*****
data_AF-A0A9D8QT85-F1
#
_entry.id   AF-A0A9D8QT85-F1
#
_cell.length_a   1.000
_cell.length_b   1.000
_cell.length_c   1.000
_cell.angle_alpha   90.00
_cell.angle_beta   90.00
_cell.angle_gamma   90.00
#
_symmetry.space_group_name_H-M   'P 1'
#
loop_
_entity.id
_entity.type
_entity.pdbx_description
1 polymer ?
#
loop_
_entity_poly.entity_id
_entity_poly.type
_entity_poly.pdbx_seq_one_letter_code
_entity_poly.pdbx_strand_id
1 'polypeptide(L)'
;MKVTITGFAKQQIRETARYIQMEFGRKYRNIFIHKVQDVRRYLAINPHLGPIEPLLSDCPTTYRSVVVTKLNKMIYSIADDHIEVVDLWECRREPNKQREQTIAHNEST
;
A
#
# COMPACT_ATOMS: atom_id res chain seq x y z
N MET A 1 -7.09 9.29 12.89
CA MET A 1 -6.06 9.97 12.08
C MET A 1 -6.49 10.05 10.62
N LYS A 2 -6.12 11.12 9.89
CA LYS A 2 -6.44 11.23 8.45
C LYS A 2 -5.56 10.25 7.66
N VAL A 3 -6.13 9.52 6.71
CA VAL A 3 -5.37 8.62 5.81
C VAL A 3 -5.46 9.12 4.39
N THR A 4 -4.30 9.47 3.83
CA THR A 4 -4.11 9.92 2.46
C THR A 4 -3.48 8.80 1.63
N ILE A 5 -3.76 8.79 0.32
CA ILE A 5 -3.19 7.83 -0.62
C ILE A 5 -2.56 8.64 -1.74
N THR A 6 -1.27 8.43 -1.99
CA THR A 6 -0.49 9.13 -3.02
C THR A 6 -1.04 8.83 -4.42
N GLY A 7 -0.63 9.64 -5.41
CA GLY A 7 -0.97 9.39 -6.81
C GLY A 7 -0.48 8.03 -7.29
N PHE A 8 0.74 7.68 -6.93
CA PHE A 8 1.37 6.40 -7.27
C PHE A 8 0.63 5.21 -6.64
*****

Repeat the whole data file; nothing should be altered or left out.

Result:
data_AF-A0A9D8QT85-F1
#
_entry.id   AF-A0A9D8QT85-F1
#
_cell.length_a   1.000
_cell.length_b   1.000
_cell.length_c   1.000
_cell.angle_alpha   90.00
_cell.angle_beta   90.00
_cell.angle_gamma   90.00
#
_symmetry.space_group_name_H-M   'P 1'
#
loop_
_entity.id
_entity.type
_entity.pdbx_description
1 polymer ?
#
loop_
_entity_poly.entity_id
_entity_poly.type
_entity_poly.pdbx_seq_one_letter_code
_entity_poly.pdbx_strand_id
1 'polypeptide(L)'
;MKVTITGFAKQQIRETARYIQMEFGRKYRNIFIHKVQDVRRYLAINPHLGPIEPLLSDCPTTYRSVVVTKLNKMIYSIADDHIEVVDLWECRREPNKQREQTIAHNEST
;
A
#
# COMPACT_ATOMS: atom_id res chain seq x y z
N MET A 1 -7.09 9.29 12.89
CA MET A 1 -6.06 9.97 12.08
C MET A 1 -6.49 10.05 10.62
N LYS A 2 -6.12 11.12 9.89
CA LYS A 2 -6.44 11.23 8.45
C LYS A 2 -5.56 10.25 7.66
N VAL A 3 -6.13 9.52 6.71
CA VAL A 3 -5.37 8.62 5.81
C VAL A 3 -5.46 9.12 4.39
N THR A 4 -4.30 9.47 3.83
CA THR A 4 -4.11 9.92 2.46
C THR A 4 -3.48 8.80 1.63
N ILE A 5 -3.76 8.79 0.32
CA ILE A 5 -3.19 7.83 -0.62
C ILE A 5 -2.56 8.64 -1.74
N THR A 6 -1.27 8.43 -1.99
CA THR A 6 -0.49 9.13 -3.02
C THR A 6 -1.04 8.83 -4.42
N GLY A 7 -0.63 9.64 -5.41
CA GLY A 7 -0.97 9.39 -6.81
C GLY A 7 -0.48 8.03 -7.29
N PHE A 8 0.74 7.68 -6.93
CA PHE A 8 1.37 6.40 -7.27
C PHE A 8 0.63 5.21 -6.64